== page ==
Isaac Boggs, for appellant.
SPRAGUE & McMURTRY, for respondents.
BURNETT, J., after stating the facts, delivered the opinion of the Court.
There is nothing in the position that plaintiff had abandoned his interest in the property in dispute. The law could not presume such an abandonment from the lapse of time: Crandall v. Woods, 8 Cal. 144; Bird v. Lisbros, 9 Cal. 1. And there was nothing in the testimony, as the court justly found, to show any intention to abandon. ... But the most important point in the case is, whether the defendants, McKinney and Elmore, were entitled to the property, as against the plaintiff, upon the ground that they were subsequent purchasers in good faith and for a valuable consideration, they having first recorded their conveyances: Wood's Dig. p. 103, § 26. If this property is to be considered real estate, there can be no doubt as to the point.
In the case of the Merced Mining Company v. Fremont, 7 Cal. 317, 327, we held that "the owner of a mining-claim has, in practical effect, a good vested title to the property;' and that “his right to protect the property, for the time being, under the peculiar circumstances of the case, was as full and perfect as if he was the tenant of the superior proprietor for years, or for life.” And, in the subsequent case of Crandall v. Woods, 8 Cal. 143, we held that “one who locates upon the public lands, with a view to appropriating them to his own use, becomes the absolute owner thereof, as against every one but the government; and is entitled to all the privileges and incidents which appertain to the soil, subject to the single exception of rights antecedently acquired.” So in the case of Bird v. Lisbros, 9 Cal. 1, we held that “possession is evidence of title, and the party in possession is therefore deemed, in law, to be the owner; and when he conveys the land to another, he is deemed, in law, not to convey his evidence of title, but the title itself; of which the law, by reason of such evidence, adjudges him the owner, as against all not having a superior title.”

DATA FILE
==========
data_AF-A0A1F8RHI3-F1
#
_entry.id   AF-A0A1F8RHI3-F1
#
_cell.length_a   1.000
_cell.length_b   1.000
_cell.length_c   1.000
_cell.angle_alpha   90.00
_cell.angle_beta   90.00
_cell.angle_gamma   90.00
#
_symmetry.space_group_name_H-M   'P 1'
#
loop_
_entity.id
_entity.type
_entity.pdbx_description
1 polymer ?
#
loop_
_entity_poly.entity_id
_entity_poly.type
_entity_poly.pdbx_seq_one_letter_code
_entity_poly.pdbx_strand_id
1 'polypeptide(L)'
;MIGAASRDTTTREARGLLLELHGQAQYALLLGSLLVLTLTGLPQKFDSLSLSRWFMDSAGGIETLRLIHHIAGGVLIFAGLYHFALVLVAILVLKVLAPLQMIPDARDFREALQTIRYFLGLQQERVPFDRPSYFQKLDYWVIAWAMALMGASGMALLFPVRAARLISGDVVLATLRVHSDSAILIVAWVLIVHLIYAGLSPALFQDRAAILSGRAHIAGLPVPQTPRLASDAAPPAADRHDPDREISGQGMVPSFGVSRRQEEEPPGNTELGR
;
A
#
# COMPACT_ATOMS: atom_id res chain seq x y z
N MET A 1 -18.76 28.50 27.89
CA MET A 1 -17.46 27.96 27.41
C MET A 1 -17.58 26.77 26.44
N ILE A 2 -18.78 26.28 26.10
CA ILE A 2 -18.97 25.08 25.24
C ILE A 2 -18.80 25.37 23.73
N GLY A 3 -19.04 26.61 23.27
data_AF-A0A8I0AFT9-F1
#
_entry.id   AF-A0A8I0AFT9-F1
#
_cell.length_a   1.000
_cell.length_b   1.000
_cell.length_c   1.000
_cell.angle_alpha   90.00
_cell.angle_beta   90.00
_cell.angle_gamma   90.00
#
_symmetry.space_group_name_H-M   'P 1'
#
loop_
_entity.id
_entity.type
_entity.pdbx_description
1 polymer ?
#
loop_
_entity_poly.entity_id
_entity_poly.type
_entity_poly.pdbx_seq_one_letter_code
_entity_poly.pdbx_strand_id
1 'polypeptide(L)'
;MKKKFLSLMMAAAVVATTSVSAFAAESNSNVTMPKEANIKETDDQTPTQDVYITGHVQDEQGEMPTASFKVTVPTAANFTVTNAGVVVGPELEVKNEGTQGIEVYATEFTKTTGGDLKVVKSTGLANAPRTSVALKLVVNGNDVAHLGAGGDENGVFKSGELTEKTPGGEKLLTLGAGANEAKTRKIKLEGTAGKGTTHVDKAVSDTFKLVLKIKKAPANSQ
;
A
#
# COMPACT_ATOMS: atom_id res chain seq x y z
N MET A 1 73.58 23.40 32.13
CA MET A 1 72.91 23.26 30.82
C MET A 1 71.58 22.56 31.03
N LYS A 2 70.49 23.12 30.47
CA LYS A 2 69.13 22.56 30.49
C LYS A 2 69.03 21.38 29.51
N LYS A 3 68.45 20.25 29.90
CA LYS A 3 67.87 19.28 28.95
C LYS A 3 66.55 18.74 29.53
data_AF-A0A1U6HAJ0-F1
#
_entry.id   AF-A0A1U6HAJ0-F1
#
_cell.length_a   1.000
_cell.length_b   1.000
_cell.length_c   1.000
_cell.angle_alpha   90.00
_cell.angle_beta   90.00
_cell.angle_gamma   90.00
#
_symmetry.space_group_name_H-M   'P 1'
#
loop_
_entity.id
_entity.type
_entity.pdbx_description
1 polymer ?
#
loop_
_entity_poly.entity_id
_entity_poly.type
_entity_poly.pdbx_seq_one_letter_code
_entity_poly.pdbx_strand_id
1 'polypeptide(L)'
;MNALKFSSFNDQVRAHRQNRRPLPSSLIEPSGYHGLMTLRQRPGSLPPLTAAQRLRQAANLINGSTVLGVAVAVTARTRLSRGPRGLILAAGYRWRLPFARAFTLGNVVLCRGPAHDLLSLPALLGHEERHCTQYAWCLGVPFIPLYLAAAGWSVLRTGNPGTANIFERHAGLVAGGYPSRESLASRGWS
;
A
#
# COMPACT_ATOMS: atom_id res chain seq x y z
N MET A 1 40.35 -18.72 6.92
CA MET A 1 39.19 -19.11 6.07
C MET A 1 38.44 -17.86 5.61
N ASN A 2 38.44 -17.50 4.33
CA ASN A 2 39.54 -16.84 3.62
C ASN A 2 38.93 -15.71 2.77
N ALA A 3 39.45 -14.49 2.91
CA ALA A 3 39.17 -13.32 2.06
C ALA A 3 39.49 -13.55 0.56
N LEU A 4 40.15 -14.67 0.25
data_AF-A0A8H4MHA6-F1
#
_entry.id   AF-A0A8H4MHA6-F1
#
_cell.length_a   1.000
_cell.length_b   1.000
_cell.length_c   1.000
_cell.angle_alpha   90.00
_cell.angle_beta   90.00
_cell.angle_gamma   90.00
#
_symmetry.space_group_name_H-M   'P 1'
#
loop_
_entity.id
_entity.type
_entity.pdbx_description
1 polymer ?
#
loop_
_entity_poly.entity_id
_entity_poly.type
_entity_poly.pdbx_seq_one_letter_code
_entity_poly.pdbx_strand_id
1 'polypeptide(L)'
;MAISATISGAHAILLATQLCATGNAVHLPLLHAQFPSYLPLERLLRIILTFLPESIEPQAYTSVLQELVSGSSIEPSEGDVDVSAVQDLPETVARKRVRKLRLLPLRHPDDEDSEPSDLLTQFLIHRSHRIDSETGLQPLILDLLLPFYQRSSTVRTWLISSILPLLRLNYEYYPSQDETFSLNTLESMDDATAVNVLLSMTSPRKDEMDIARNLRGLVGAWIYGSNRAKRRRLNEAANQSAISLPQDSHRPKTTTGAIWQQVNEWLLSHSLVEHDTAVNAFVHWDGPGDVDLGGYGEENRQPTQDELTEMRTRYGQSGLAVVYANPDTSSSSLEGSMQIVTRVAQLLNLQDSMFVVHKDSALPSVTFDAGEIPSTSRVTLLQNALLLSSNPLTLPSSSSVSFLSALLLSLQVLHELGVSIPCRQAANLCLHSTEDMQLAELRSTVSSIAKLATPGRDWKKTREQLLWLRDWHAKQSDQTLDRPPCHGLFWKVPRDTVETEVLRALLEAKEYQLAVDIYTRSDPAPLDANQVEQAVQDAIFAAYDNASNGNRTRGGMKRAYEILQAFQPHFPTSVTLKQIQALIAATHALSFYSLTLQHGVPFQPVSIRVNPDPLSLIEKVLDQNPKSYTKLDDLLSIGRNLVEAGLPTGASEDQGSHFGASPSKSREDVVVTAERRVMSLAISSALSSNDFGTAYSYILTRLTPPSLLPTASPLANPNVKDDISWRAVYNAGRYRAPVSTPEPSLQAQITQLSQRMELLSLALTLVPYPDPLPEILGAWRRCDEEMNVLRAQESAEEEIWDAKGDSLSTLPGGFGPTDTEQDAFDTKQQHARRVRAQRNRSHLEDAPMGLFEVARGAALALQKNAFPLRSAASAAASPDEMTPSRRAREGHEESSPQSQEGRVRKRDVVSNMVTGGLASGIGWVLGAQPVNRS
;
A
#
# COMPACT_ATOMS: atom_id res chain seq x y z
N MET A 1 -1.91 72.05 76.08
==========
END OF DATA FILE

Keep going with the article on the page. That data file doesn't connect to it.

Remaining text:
In the same case we held, referring to the preceding case of Bird v. Dennison, 7 Cal. 297, “that when a party relied upon possession as his sole evidence of title, he must be held to know the acts of those through whom he claims; and if he claims the benefit of some of their acts, he must share the responsibility of those that may be against him, when another party is, at the time of his purchase, in the actual adverse possession of the premises. In other words, the actual adverse
possession of another party, at the time of the conveyance, will be notice to the purchaser, whose grantors only claimed by a possession short of the period fixed by the statute of limitations."